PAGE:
It has also been proposed to cut away the defective areas and to braze in replacement sections having appropriate contours. This has not been found to be practical because of the wide variation in the size and shape of defects. Also, the trend in modern superalloy articles is toward thin wall castings having internal cooling passages. Use of a braze insert repair process with thin wall castings is inappropriate because of the likelihood that these thin walls will be completely cut through in the repair process.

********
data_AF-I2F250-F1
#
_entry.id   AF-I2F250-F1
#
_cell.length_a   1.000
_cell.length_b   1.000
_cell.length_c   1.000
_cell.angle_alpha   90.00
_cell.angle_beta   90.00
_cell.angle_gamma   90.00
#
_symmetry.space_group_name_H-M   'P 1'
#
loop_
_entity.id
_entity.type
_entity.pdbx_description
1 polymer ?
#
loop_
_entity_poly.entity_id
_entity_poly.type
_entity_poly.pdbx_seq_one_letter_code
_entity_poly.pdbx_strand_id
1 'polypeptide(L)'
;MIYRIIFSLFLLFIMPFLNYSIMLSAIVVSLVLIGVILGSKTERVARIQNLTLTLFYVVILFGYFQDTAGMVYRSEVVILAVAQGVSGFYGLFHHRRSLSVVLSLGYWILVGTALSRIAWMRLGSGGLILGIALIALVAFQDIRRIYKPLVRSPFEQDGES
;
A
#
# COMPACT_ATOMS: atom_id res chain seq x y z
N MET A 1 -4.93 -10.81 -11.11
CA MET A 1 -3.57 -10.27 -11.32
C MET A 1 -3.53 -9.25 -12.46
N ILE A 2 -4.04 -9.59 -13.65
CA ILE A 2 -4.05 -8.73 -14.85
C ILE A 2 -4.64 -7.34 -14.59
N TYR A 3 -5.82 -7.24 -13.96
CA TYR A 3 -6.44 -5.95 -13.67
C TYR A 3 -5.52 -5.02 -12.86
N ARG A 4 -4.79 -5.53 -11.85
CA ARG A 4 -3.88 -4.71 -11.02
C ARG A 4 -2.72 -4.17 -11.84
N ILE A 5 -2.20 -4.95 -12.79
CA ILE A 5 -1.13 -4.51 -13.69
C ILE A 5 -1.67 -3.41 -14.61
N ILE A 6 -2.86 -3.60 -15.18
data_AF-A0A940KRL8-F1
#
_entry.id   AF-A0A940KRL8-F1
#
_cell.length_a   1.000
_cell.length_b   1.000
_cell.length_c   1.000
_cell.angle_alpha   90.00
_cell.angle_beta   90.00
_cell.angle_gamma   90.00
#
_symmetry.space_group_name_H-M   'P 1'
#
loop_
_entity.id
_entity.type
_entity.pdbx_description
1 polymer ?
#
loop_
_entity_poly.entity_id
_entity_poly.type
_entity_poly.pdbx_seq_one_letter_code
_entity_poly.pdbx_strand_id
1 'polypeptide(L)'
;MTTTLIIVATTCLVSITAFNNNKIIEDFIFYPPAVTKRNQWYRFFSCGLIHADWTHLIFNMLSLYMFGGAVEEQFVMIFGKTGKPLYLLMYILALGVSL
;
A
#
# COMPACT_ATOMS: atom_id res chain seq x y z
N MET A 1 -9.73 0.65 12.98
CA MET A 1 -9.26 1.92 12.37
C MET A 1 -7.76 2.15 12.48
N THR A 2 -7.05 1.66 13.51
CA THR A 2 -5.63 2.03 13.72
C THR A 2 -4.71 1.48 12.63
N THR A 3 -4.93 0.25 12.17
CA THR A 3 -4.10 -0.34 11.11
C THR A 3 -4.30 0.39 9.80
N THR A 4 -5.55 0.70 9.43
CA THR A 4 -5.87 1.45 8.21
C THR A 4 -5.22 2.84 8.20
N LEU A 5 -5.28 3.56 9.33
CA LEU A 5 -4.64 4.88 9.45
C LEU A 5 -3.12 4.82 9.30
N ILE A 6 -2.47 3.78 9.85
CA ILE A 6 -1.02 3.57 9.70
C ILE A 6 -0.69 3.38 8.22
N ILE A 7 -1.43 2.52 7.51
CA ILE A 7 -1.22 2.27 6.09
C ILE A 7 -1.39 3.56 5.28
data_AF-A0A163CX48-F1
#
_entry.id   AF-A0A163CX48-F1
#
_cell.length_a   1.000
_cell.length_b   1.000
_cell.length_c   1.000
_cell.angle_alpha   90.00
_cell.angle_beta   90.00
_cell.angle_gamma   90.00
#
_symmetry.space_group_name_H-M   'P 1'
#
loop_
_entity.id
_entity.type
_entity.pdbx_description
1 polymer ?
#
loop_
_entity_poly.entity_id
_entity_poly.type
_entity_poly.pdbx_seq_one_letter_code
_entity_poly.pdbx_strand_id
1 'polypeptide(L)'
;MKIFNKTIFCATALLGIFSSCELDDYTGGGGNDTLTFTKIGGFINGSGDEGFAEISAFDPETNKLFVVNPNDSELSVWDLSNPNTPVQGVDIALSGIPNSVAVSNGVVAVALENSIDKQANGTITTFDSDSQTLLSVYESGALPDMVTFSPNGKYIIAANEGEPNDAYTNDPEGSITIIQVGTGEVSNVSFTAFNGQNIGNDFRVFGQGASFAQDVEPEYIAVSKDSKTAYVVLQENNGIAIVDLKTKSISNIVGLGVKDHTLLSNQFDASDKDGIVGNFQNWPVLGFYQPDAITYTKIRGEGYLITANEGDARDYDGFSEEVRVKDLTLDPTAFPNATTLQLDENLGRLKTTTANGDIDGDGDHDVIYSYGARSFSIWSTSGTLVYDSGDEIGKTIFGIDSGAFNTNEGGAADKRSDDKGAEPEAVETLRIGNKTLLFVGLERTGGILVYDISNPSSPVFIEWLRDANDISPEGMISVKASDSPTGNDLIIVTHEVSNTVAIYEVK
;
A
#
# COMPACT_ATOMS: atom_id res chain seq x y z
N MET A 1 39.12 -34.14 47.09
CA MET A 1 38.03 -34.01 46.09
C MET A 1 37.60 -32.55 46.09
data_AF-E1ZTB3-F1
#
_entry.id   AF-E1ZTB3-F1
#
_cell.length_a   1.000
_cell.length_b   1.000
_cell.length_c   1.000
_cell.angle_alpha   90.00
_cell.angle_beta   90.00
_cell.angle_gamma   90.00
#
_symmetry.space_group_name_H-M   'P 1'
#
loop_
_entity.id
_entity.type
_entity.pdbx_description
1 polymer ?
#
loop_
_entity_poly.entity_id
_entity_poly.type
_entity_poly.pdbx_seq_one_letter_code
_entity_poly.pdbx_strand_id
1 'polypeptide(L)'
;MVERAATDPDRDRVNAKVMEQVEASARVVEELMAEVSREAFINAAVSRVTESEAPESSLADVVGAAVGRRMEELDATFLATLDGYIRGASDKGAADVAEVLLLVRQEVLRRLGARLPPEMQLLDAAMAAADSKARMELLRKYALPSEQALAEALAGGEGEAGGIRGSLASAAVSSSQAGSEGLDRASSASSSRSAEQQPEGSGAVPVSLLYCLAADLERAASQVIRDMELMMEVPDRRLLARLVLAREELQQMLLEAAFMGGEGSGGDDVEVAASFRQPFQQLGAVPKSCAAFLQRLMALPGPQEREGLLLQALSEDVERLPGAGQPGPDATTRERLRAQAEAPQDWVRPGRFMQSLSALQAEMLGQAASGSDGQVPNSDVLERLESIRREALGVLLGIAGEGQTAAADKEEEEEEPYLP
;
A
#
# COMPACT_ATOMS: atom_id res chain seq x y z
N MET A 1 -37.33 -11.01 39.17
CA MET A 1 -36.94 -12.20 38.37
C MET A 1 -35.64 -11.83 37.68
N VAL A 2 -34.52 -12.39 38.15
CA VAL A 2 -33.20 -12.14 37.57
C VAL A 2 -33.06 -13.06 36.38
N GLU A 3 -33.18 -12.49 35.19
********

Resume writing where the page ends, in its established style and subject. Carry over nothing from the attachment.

Another repair process is described in U.S. Pat. No. 4,008,844 which is assigned to the present assignee and which is incorporated herein by reference. According to this patent a mixture of metal powders is made of two powders of different compositions. One composition approximates that of the superalloy to be repaired while the other composition also approximates the composition of the superalloy to be repaired, but contains a melting point depressant, usually boron. The defect to be repaired is filled with a mixture of these powders and then heated to a temperature at which the boron containing powder melts, but the boron-free powder and the substrate, does not melt. Solidification then occurs isothermally over a prolonged period of time as the boron diffuses into the substrate thereby raising the melting temperature. This is a successful process but has limitations in that it is difficult to apply exactly the right amount of material to a shallow surface defect and because when large defects are to be filled the molten material tends to flow out of the defect during the heat treatment process.